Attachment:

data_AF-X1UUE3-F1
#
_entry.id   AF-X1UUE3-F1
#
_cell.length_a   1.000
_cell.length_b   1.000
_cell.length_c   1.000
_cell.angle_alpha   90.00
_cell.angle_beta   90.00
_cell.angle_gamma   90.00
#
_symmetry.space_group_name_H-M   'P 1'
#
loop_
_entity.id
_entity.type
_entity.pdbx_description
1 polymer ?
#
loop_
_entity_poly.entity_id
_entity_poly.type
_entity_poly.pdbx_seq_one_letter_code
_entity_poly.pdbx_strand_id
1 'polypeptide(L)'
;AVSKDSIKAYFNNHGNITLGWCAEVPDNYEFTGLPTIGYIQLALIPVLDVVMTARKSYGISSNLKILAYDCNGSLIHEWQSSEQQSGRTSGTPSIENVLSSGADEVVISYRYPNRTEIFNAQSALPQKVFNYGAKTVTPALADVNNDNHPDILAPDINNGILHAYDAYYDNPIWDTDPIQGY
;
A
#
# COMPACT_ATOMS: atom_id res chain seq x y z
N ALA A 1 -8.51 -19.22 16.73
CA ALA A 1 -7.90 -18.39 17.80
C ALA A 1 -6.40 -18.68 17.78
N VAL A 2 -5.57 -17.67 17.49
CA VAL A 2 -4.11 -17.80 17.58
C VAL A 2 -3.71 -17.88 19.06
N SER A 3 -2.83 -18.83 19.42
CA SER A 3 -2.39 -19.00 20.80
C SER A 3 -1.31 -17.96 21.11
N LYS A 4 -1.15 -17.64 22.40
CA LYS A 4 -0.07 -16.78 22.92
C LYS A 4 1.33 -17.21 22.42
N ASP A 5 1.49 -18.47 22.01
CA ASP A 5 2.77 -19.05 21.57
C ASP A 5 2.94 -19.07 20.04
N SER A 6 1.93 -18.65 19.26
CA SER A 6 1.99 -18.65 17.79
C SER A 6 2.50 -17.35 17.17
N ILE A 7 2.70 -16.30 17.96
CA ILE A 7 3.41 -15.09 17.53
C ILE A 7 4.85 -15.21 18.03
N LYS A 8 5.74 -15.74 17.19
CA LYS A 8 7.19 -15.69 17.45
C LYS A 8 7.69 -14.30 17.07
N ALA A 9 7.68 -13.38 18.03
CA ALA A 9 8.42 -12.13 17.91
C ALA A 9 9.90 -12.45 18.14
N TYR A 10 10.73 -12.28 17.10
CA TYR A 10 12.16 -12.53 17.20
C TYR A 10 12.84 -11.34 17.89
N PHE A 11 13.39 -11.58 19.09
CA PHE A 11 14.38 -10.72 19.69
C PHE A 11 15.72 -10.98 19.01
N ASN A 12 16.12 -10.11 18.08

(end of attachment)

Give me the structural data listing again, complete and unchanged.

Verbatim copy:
data_AF-X1UUE3-F1
#
_entry.id   AF-X1UUE3-F1
#
_cell.length_a   1.000
_cell.length_b   1.000
_cell.length_c   1.000
_cell.angle_alpha   90.00
_cell.angle_beta   90.00
_cell.angle_gamma   90.00
#
_symmetry.space_group_name_H-M   'P 1'
#
loop_
_entity.id
_entity.type
_entity.pdbx_description
1 polymer ?
#
loop_
_entity_poly.entity_id
_entity_poly.type
_entity_poly.pdbx_seq_one_letter_code
_entity_poly.pdbx_strand_id
1 'polypeptide(L)'
;AVSKDSIKAYFNNHGNITLGWCAEVPDNYEFTGLPTIGYIQLALIPVLDVVMTARKSYGISSNLKILAYDCNGSLIHEWQSSEQQSGRTSGTPSIENVLSSGADEVVISYRYPNRTEIFNAQSALPQKVFNYGAKTVTPALADVNNDNHPDILAPDINNGILHAYDAYYDNPIWDTDPIQGY
;
A
#
# COMPACT_ATOMS: atom_id res chain seq x y z
N ALA A 1 -8.51 -19.22 16.73
CA ALA A 1 -7.90 -18.39 17.80
C ALA A 1 -6.40 -18.68 17.78
N VAL A 2 -5.57 -17.67 17.49
CA VAL A 2 -4.11 -17.80 17.58
C VAL A 2 -3.71 -17.88 19.06
N SER A 3 -2.83 -18.83 19.42
CA SER A 3 -2.39 -19.00 20.80
C SER A 3 -1.31 -17.96 21.11
N LYS A 4 -1.15 -17.64 22.40
CA LYS A 4 -0.07 -16.78 22.92
C LYS A 4 1.33 -17.21 22.42
N ASP A 5 1.49 -18.47 22.01
CA ASP A 5 2.77 -19.05 21.57
C ASP A 5 2.94 -19.07 20.04
N SER A 6 1.93 -18.65 19.26
CA SER A 6 1.99 -18.65 17.79
C SER A 6 2.50 -17.35 17.17
N ILE A 7 2.70 -16.30 17.96
CA ILE A 7 3.41 -15.09 17.53
C ILE A 7 4.85 -15.21 18.03
N LYS A 8 5.74 -15.74 17.19
CA LYS A 8 7.19 -15.69 17.45
C LYS A 8 7.69 -14.30 17.07
N ALA A 9 7.68 -13.38 18.03
CA ALA A 9 8.42 -12.13 17.91
C ALA A 9 9.90 -12.45 18.14
N TYR A 10 10.73 -12.28 17.10
CA TYR A 10 12.16 -12.53 17.20
C TYR A 10 12.84 -11.34 17.89
N PHE A 11 13.39 -11.58 19.09
CA PHE A 11 14.38 -10.72 19.69
C PHE A 11 15.72 -10.98 19.01
N ASN A 12 16.12 -10.11 18.08